The Sand studio now has the first Audiotronics desk in Europe, with 18 channels in and 16 out. They are considering buying a Triad for Chopin. There is provision on the Audiotronics in Sand for another eight-channel module to make it 26 in, 16 out. This desk replaces the MCI console that was previously installed. The Sand 16-track machine is a Scully, with Ampex and Scully stereos. A massive auto transformer provides a choice of 110 or 240 V to cope with British or American equipment in the control room and studio. There is nox full Dolby A facility, and Lockwood monitors. But the Château still has record producers phoning up from Paris asking whether they have Dolby, equalisation and multitrack 'out there in the country'. In France there seems to be an even greater obsession with multitrack machinery than in the UK or USA. Everyone seems to regard 24 tracks as essential, and when Chopin is put back together again for use, it will have a 24 or 32 track desk and machine.

Currently there is much discussion over the dinner table and round the log fire on the relative merits of different desks. All in all the evenings have a very sociable atmosphere. There is no television as few people are endeared with French tv programmes, but there are plans to install a high aerial mast and British sets to receive BBC. Otherwise it's audio talk, Monopoly (british version) or finger football when the table is cleared of food. Finger football, for the uninitiated, is a very French exercise which involves all participants round a table kicking a football of screwed-up paper with their fingers. There don't seem to be many if any rules and the only object is to get the ball past someone else and off the table. It may be childish, but it is better than the French equivalent of Coronation Street .

Although there are a few portable radios around the building and there is a hi-fi setup in the artists' restaurant over in the other wing, music in the family wing tends to stay in the studio. We were up there half one night listening to original Magma master tapes on the control room gear. I almost wish I hadn't. When you've spent a few hours under the original wooden beams of a real live French château, listening to master tapes through Scully, Audiotronics, Quad power amps and Lockwoods, it's hard to come to terms with a London flat and domestic setup ever again. Actually, those lovely old wooden beams created awful acoustic problems to begin with. Although the acoustics of the Sand studio itself have been ideal all along, the Sand control room was very dead in the bass end. All attempts at equalisation and flattening out the room characteristics failed until finally the acoustic wall tiles were stripped off; there behind them was a large cavity, like a priest's hole, which had been gobbling up the bass frequencies. Once this was filled there were no further problems.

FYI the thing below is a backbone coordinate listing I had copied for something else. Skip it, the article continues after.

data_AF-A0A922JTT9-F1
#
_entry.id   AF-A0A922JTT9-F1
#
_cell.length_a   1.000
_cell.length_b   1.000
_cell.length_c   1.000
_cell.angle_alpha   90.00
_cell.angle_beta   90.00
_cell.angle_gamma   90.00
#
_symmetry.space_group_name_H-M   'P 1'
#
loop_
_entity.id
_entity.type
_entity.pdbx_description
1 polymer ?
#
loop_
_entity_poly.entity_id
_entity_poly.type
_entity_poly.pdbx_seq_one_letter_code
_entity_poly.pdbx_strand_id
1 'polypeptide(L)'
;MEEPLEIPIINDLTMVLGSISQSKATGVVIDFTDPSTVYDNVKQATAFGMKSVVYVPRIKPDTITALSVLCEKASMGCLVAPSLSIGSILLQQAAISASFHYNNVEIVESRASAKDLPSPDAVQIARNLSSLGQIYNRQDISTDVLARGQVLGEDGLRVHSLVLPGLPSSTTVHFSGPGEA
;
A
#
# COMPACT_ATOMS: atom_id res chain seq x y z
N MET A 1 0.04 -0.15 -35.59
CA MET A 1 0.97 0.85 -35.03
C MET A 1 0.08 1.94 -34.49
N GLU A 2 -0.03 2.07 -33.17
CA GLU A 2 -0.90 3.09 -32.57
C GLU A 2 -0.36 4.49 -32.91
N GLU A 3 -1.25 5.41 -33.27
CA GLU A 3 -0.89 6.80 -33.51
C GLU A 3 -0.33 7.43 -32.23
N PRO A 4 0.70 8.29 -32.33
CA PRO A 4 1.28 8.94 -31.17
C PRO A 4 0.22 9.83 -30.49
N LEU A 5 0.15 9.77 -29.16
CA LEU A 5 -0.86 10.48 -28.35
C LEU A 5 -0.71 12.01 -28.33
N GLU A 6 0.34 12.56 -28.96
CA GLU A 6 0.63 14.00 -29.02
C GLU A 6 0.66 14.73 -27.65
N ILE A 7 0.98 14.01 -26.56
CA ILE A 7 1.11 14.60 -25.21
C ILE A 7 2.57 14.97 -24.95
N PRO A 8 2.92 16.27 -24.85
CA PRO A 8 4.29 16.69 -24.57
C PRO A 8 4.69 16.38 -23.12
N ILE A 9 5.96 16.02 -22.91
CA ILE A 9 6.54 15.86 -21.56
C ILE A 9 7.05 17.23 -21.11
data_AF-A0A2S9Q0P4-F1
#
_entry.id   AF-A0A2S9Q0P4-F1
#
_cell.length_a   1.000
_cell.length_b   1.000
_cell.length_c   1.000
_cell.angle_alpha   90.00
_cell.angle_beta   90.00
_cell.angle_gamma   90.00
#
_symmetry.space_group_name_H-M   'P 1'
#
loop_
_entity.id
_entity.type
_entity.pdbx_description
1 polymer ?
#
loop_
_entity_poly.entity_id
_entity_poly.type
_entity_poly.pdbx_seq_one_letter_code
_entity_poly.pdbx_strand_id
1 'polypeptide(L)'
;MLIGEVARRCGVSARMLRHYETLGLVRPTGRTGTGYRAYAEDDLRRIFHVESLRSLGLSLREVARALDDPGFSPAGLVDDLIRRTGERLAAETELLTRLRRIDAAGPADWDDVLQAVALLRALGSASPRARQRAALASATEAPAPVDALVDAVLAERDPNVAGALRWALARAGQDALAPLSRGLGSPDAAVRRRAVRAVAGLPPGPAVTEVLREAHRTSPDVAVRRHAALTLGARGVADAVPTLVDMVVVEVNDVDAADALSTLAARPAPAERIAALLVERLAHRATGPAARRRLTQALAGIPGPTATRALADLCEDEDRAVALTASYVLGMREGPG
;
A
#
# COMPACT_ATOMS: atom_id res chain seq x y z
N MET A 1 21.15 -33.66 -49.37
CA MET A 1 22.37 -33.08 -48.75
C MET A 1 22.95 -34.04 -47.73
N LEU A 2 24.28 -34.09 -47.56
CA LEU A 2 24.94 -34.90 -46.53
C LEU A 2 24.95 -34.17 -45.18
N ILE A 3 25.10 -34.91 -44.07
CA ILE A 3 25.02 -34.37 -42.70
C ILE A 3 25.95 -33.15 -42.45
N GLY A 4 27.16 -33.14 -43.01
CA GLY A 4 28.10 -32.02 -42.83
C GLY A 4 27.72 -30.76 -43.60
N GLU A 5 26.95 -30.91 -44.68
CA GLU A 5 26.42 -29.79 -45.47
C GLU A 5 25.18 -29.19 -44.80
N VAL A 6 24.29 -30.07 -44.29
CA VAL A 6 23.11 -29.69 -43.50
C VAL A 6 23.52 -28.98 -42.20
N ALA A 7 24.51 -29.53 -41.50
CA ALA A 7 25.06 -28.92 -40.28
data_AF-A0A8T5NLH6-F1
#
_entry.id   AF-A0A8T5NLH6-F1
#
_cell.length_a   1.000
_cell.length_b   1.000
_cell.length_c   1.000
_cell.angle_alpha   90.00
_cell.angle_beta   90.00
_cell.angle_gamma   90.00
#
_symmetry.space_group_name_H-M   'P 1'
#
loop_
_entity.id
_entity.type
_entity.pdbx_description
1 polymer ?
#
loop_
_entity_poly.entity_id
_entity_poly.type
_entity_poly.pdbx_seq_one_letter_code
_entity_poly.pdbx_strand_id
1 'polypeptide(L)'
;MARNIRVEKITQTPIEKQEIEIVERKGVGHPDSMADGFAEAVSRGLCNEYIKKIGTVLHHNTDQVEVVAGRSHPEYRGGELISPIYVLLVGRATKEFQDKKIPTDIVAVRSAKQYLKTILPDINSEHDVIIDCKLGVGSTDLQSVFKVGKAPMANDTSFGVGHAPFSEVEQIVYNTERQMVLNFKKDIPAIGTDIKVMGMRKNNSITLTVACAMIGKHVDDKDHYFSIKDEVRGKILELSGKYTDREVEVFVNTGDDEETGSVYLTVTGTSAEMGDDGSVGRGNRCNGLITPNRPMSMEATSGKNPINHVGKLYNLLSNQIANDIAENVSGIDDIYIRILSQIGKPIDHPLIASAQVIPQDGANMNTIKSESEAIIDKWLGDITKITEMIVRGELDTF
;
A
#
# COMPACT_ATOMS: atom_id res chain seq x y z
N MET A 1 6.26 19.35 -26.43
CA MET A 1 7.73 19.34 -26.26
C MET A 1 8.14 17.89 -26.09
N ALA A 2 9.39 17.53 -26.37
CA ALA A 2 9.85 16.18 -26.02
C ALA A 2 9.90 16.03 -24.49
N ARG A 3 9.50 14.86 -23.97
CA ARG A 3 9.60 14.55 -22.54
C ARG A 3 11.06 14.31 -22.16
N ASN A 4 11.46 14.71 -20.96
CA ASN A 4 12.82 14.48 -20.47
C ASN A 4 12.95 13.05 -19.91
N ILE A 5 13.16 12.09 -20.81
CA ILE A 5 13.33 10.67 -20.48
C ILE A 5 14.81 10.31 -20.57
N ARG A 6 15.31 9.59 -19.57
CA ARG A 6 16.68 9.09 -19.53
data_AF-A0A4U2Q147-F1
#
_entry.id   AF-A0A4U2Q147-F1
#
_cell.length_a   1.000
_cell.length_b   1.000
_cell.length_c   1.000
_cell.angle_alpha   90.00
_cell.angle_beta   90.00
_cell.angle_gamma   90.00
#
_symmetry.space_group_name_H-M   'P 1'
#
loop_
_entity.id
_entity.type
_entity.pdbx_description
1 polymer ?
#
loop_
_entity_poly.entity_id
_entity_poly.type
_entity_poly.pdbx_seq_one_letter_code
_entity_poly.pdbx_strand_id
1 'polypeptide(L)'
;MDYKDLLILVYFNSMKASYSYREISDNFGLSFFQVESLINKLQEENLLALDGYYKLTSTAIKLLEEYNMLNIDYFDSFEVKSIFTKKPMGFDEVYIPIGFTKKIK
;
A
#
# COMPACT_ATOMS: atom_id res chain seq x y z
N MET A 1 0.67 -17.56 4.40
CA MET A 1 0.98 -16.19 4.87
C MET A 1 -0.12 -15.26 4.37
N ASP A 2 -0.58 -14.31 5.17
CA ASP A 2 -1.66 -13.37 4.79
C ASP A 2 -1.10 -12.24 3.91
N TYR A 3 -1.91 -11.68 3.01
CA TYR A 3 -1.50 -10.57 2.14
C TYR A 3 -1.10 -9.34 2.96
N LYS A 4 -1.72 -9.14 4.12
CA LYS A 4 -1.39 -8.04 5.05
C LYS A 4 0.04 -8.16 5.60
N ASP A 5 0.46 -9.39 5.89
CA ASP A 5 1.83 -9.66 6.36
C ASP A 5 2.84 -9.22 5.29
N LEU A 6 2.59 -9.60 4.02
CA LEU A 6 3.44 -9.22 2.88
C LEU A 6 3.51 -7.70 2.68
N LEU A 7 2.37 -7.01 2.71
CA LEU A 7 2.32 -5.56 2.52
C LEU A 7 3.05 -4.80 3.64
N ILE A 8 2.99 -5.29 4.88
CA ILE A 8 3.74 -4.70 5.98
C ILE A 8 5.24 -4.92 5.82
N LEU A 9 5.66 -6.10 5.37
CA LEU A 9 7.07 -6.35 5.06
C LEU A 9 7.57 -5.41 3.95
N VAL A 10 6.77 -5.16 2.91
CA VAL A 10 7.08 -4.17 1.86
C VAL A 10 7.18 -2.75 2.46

Wherever possible the Château engineers try and record as flat as possible, ie without equalisation on the desk, even on a drum kit. But with most artists having days rather than weeks or months to spend at the Château, pressure of time often prevents this. The studio microphone setups are really much as usual with D224C on drums, AKG C12A or AKG 224 on piano, and sometimes those little Sony condenser mikes or Neumann U87 s on snare or top kit. Cans used are Beyer, DT100 or 900 .

On the day that I watched Michel Magne record, Jannick Top was producing a very curious recorded sound for his bass by using a high-powered Ampex amplifier and a deliberately overdriven small cabinet of the wrong impedance. If it's not a contradiction in terms, the result was a clean fuzz of e very individual character. Available in the studio for musicians' use are a full-sized Fender 88 , one of the lovely old large Hammonds with two of the original Leslies, and an Ampex bass amp feeding a Sunn horn cabinet. There is a Farfisa, a Steinway grand, timps, marimba, spinet and clavinet. Separation in the studio is with screens and to aid this the Steinway piano has an interesting box-like cover which completely encases the open top.

As I mentioned previously, the echo system is by means of walled-up rooms of the Château, and although only one is currently in operation there are several more available for use when the need arises. A nice idea is to identify each room (residential and utility) by its colour. thus the black echo chamber has a reverb time of around five seconds, and the red chamber next door somewhat less. A single Altec speaker is used in the black room, with a Blumlein pair of AKG 224C s.